The Anatomy Of A Deer Scrape

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buck working a deer scrape
When working a deer scrape, bucks will urinate on the tarsal glands located on the insides of their back legs in order to deposit additional scent on the ground.

Only after these things are done will the buck begin to paw out the ground, then step into the scrape and urinate into it. When he urinates in the deer scrape, he releases only enough urine to “get the point across.” Since a deer’s sense of smell is so superior, far greater than we could ever imagine, he does not need to deposit a lot of urine. This is important to remember when constructing mock scrapes using deer scents. By not emptying his bladder, he is able to save enough urine for the multiple scrapes he is sure to make. When a buck makes a scrape he doesn’t leave too much scent, so why should you?

Where to Look For Deer Scrapes

Deer scrapes, like buck rubs, are positioned with a purpose. You’ll find most deer scrapes and scrape lines in travel corridors and between bedding and feeding areas. It is these select places that receive the most activity, thus increasing their likelihood of being seen and smelled. These are known as primary scrapes and are made by the more dominant bucks. If you were ever curious as to how many mature bucks utilize your property, look for buck rubs and deer scrapes. In many cases there is a direct correlation between the number of buck rubs and deer scrapes, and the number of mature bucks using your property. However, while scrape making is primarily done by mature bucks, scrape utilization is not.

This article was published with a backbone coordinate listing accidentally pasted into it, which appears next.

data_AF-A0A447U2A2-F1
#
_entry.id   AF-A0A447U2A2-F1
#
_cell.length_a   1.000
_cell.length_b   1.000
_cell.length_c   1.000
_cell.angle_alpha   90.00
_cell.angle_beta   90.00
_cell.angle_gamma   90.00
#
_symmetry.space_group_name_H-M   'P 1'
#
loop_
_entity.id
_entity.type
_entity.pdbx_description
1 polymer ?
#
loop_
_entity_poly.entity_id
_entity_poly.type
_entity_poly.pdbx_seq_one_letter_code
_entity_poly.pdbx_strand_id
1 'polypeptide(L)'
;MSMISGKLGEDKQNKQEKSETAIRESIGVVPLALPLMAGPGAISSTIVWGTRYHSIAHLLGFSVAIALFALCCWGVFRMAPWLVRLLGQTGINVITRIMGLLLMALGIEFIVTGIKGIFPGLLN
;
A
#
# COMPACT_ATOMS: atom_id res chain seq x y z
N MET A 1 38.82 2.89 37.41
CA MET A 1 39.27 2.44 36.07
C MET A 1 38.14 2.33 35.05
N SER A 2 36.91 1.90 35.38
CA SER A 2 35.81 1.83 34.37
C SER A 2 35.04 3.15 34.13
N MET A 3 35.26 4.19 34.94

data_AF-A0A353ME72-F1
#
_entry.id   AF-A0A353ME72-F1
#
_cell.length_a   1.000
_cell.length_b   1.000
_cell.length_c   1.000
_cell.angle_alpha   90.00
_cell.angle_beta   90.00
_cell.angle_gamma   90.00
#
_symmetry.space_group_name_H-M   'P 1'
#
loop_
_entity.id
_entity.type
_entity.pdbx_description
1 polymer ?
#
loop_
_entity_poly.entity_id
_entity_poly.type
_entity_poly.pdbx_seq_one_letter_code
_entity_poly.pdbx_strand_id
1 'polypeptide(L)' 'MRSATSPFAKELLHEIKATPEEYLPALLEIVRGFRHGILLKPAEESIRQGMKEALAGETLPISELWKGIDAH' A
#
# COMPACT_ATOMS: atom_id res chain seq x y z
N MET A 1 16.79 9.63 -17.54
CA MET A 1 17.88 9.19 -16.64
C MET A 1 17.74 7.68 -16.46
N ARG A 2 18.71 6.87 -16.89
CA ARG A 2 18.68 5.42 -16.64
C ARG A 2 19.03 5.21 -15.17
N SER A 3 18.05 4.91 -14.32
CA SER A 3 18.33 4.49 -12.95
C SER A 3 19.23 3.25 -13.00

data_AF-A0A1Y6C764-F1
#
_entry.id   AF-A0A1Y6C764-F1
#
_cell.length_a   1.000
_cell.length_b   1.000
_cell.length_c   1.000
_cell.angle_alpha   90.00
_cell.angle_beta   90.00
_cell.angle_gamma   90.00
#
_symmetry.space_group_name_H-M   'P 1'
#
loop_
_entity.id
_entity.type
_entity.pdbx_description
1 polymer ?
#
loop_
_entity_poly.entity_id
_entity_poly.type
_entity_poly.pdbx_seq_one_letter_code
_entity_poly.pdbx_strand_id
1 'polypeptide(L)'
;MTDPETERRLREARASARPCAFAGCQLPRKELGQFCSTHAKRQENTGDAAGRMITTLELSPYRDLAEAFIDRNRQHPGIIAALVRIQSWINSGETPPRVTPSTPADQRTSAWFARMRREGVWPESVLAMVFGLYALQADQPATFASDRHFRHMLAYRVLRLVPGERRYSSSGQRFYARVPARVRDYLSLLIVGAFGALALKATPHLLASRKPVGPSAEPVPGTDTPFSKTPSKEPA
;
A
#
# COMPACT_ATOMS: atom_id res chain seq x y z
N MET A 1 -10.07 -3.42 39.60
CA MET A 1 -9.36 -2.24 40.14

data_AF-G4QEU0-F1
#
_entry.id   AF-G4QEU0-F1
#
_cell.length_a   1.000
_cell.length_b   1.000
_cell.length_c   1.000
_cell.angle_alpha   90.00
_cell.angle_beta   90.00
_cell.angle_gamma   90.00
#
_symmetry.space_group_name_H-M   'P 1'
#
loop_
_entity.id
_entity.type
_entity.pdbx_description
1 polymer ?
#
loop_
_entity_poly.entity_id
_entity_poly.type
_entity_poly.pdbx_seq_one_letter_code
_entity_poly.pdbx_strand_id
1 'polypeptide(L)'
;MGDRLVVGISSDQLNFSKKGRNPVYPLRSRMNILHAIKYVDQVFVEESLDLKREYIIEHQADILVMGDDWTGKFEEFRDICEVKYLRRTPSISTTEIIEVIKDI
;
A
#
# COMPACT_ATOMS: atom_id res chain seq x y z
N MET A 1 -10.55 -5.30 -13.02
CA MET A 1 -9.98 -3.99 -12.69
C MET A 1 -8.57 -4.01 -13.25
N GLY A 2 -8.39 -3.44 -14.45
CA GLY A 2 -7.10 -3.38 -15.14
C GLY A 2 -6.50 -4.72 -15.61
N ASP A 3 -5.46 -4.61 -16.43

After a dominant buck makes a scrape, any passing buck is likely to urinate in the scrape and work the overhanging branch. Again, this is because of the information made present by a buck’s scrape. Deer are extremely curious creatures and they want to investigate any and all odor emitted by other deer in their woods. This is key during the breeding season because in a deer herd with a balanced age structure among bucks, this helps diminish the young, immature bucks role in the breeding process. This ensures that older, more mature bucks with superior genes to the majority of the breeding.